In early October, three schools and their communities in the Retalhuleu district of Guatemala celebrated the delivery of new computer equipment and the beginning of two years of training to bring the wealth of information and educational resources available on the internet to their classrooms. Teachers in each of these schools, Escuela Recuerdo de Perez, Escuela San Jose and Escuela Sector Aguilar, will learn to use the equipment and to access the internet to harness the resources there (“Think of being able to access the information in all the libraries of the world”) to dramatically enrich classroom instruction in each of their schools.
This enhancement, beyond the limits of teacher lectures, whiteboard exercises and well-worn textbooks, will enable teachers and their school communities to improve students’ motivation to learn and will support greater student achievement. Internet sourced materials on a wide range of subjects, math, social studies, language, music, to name a few, have been implemented in the curriculum at prior schools participating in the TINFA program and we expect much success for the three new schools as well.
The training program, equipment and internet access are being delivered by TINFA and are made possible by a grant from participating Rotary clubs, University Sunrise Rotary, Mill Creek Rotary, University District Rotary and UW Rotaract (Seattle). The clubs’ contributions were multiplied by matching funds from Rotary District 5030 and the Rotary International Foundation, bringing the total to $53,000, . The effort was assisted by Club Rotario Guatemala del Este.
In the Seattle University Business school, a requirement for completing a degree is a course in Business Ethics. Jeffrey Smith, Chair of Professional Ethics, stated the high objectives of this program. These include fairness, dignity of humanity, values-driven business leaders, social justice, social responsibility, and ethical awareness.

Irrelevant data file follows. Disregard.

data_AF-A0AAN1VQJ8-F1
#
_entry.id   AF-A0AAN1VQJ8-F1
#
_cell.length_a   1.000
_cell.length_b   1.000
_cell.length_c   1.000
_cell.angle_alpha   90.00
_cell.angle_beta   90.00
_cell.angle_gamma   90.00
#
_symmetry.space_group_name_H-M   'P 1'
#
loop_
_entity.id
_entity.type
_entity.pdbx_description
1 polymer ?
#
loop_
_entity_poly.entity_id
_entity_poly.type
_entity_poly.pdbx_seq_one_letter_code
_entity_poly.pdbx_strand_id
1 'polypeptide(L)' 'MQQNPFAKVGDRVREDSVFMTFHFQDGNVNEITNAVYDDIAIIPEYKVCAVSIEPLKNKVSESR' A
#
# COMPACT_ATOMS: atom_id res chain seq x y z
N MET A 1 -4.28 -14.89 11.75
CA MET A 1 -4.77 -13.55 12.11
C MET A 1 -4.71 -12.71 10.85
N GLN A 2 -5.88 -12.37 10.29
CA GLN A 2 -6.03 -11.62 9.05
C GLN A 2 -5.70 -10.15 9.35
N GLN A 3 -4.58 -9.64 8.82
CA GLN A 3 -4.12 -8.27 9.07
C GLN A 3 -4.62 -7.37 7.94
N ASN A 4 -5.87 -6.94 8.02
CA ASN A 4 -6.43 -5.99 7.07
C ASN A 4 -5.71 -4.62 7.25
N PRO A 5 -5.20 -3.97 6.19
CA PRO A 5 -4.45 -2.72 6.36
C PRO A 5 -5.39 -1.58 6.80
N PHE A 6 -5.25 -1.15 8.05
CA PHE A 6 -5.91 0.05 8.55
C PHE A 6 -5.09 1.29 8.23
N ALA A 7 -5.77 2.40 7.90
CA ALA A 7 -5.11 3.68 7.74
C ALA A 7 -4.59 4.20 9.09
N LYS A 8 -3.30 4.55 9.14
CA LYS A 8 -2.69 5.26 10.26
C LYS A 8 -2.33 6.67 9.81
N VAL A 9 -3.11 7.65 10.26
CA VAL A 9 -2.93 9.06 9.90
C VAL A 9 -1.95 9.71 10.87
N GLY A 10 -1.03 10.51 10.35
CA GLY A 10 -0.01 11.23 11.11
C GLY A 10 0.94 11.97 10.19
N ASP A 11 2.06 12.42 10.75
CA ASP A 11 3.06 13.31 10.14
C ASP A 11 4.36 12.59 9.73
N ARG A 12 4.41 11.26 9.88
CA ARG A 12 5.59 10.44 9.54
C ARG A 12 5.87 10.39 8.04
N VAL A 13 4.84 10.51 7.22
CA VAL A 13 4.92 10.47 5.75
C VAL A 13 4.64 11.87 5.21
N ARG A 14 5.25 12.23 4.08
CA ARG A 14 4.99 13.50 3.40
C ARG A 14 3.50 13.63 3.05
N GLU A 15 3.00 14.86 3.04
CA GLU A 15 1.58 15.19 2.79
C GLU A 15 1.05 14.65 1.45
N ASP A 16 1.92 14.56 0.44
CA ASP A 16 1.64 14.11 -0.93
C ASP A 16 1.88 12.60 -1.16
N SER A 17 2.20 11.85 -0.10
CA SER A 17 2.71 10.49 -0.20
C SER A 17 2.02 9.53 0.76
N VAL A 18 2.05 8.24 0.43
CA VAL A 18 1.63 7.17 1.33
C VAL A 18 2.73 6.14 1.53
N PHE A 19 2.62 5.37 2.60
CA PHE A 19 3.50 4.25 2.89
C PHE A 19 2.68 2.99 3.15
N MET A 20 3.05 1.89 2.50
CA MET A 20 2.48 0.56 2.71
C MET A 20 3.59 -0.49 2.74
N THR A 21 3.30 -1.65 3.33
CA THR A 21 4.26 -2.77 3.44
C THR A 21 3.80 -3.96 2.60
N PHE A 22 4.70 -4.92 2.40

The Northwest Ethics Network arose from these standards. Here, individuals concerned with the subject, meet to discuss pertinent questions and ideas.
The question is posed as to what individual and organizational factors cause otherwise good people to do bad things.
One is a tendency not to recognize adversely impact ethical standards.
Another is management systems and their tendency to lose sight of values and principles.
Some barriers to ethical conduct in business:
Excessive hierarchy, in which decisions from the top do not allow for input from the lower strata.
Time Pressure. Deadlines can lead some to cut corners.
Isolation and Separation with poor communication regarding ethical conduct.
Short term success in place of long term considerations.
Excessive reliance on routine.
How are we paying our employees? At time, when compensation depends on performance, principles may be compromised.
W.C. Fields on ethics: “Anything worth having is worth cheating for.”
While the major University Sunrise Rotary fundraiser is 6 months away (March 17, 2018), we need event sponsors NOW!
Of course, the big reason for soliciting sponsors is to reduce or eliminate the amount needed from our net proceeds to pay our event organizing costs such as rent, permits, beverage curator, printing, PR and more. The more sponsor dollars we have coming in, the more we are able deliver to our supported charity, Friends of the Children.
In past years, many of you have stepped up to sponsor personally or on behalf of an employer. We truly appreciate such great support and are hoping that this will be repeated this year. If neither you or your employer can contribute, perhaps you have a business that you frequent that might be interested in helping.